Council Approves Predictable Budget
The Drama of Recent Years Is Missing
The 2013-2014 Culver City budget was adopted Monday night but compared to the drama of recent years, when the Council had to approve major cuts and layoffs, the budget came and went without much fuss at all.
Chief of Finance Jeff Muir said in his opening statement that there was “nothing significant about the report.” He noted that the budget had been presented on May 13, while June 3 and 4 had seen presentations by the various city departments. Since then there have been a few “minor adjustments.”
These adjustments are enumerated in a series of appendices attached to the budget documents. The regular budget and budgets for the Housing Authority, Parking Authority, and Successor Agency each have their adjustments listed.
For example, under the main budget resolution, it is stated that the capital improvement budget (CIB) is modified to accommodate the release of appropriations from certain projects to CIB fund balances, with the amounts to be determined with the closing of the city’s books for 2013-2014.
The proposed General Fund appropriation for 2013-2014 had been $91,192,498. After corrections, salary adjustments, and reallocations, the total General Fund appropriation is $91,174,774.
With corrections and revenues from all funds included, the revised total budget for 2013-2014 is $174, 420,726.
Meghan Sahli-Wells had the appendices on her mind as she asked Muir about their specifics. While she expressed gratitude that “we are keeping our general reserve fund” and that the city had done a good job during the “rough bunch of years” just passed, she was concerned that there was not enough information about details of the budget and there had not been enough discussion of these details, especially with the public. She proposed that the city hold workshops on the budget for next year.
Jim Clarke joined in to wonder if there could be more of a connection between what the city promises to do and what is being done.
“If we have workshops next year we can look at programs, what our goals are-what it costs to do what we want to do,” said Clarke.
Muir admitted there had been some discussions about the fulfilling of financial goals a few years ago when Mark Scott was City Manager. Both Andrew Weissman and Mehaul O’ Leary remembered those sessions.
Weissman recalled that the discussions had involved “a lot of city employees and very limited participation from the general public.” Those who were really interested would involve themselves, he concluded.
Muir said that mounting a major series of discussions of budget details and goals would require participation by each department and would need a lot of “dedication and resources.” However, he promised that there will be a series of workshops, possibly this fall, allowing the community to discuss whether the city has accomplished its financing goals.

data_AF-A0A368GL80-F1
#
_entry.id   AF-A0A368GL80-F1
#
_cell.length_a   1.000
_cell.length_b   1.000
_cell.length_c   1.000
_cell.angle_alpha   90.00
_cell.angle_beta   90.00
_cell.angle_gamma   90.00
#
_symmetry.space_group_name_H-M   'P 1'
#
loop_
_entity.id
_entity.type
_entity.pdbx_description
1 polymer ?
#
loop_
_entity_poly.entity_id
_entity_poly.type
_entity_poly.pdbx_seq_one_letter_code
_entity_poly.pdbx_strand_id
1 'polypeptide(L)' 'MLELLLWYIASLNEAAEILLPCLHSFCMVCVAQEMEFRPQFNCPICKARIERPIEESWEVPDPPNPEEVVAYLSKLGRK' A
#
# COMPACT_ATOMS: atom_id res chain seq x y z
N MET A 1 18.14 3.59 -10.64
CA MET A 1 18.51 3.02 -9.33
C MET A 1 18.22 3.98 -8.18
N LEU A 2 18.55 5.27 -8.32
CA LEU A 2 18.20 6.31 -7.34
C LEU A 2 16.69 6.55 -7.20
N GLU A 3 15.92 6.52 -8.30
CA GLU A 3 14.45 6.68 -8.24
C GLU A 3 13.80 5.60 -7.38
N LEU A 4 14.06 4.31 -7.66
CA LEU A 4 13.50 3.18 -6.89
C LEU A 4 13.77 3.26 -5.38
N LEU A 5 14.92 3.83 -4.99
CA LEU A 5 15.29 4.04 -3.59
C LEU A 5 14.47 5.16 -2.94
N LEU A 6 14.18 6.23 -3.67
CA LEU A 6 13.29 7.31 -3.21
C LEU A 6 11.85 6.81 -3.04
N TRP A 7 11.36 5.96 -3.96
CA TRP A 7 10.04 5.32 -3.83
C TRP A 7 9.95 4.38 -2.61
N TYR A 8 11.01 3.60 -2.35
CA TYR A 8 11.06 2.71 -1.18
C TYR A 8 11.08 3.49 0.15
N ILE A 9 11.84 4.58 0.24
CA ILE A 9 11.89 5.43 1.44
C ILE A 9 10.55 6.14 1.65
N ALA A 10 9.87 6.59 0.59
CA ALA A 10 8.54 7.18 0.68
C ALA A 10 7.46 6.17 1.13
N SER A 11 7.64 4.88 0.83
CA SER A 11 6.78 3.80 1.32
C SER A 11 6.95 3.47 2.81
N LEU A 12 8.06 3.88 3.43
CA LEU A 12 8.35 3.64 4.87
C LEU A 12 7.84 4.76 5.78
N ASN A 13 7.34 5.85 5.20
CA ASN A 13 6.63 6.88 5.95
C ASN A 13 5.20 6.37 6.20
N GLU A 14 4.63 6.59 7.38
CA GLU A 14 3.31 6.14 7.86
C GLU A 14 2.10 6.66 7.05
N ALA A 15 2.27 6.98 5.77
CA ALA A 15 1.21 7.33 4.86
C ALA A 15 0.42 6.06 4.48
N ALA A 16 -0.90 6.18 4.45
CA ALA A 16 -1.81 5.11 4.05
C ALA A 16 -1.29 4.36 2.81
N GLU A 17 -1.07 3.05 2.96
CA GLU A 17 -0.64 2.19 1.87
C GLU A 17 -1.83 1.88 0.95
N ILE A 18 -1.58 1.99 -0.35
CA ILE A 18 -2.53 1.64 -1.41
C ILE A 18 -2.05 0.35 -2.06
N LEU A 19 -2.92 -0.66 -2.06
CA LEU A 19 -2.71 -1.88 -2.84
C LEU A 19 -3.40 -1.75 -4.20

City Commends Man who Helped Catch Criminal Suspect
By Lynne Bronstein
Matt Cordova, who works at Pitfire Pizza in Culver City, knows it helps to remember what you look at. His strong memory of the face and physical characteristics seen on a “Wanted” poster helped Culver City police apprehend a man known as “The Beach Cruiser Bandit.”
Cordova was honored by the city of Culver City June 10, with the City Council commending him for his alertness in notifying police when he saw the suspect in the parking lot of Pitfire Pizza.
As Cordova told it, he and his girl friend had gone to Venice Beach one afternoon in April. When they went into a mini-mart on the Ocean Front so his girl friend could buy a health food bar, Cordova passed the time by looking at a “Wanted” poster on the wall.
“I remember I thought it was crazy that they had not caught the man yet. He looked like Woody Allen and also like [a friend of my dad’s]. I kept looking at it. We left after my girl friend got her health bar.
“At 6 p.m. I went to work at Pitfire Pizza here in Culver City. My girl friend-she couldn’t get enough of me I guess-she came by around 8 p.m. At 9 we were leaving. I went out to the parking lot-there was this guy who came in on a bike. He asked if he could still get a pizza.
“I realized it was the robber. He had a tattoo of a snake. All I could say to him was ‘So?’ He went inside and I told my girl friend it was the robber. I called the police and they came in about 25 seconds. And they apprehended him.”
Cordova was given not only a certificate by the City Council but an official Culver City police cap by the Culver City Police Department.
“We’re proud of you,” said Mayor Jeff Cooper. “The whole city is proud of what you did. Every day you see those posters-at the post office-but you get to take them for granted. It pays to look.
“Thank you for your vigilance and quick thinking. Because of your efforts, Culver City is a super place.”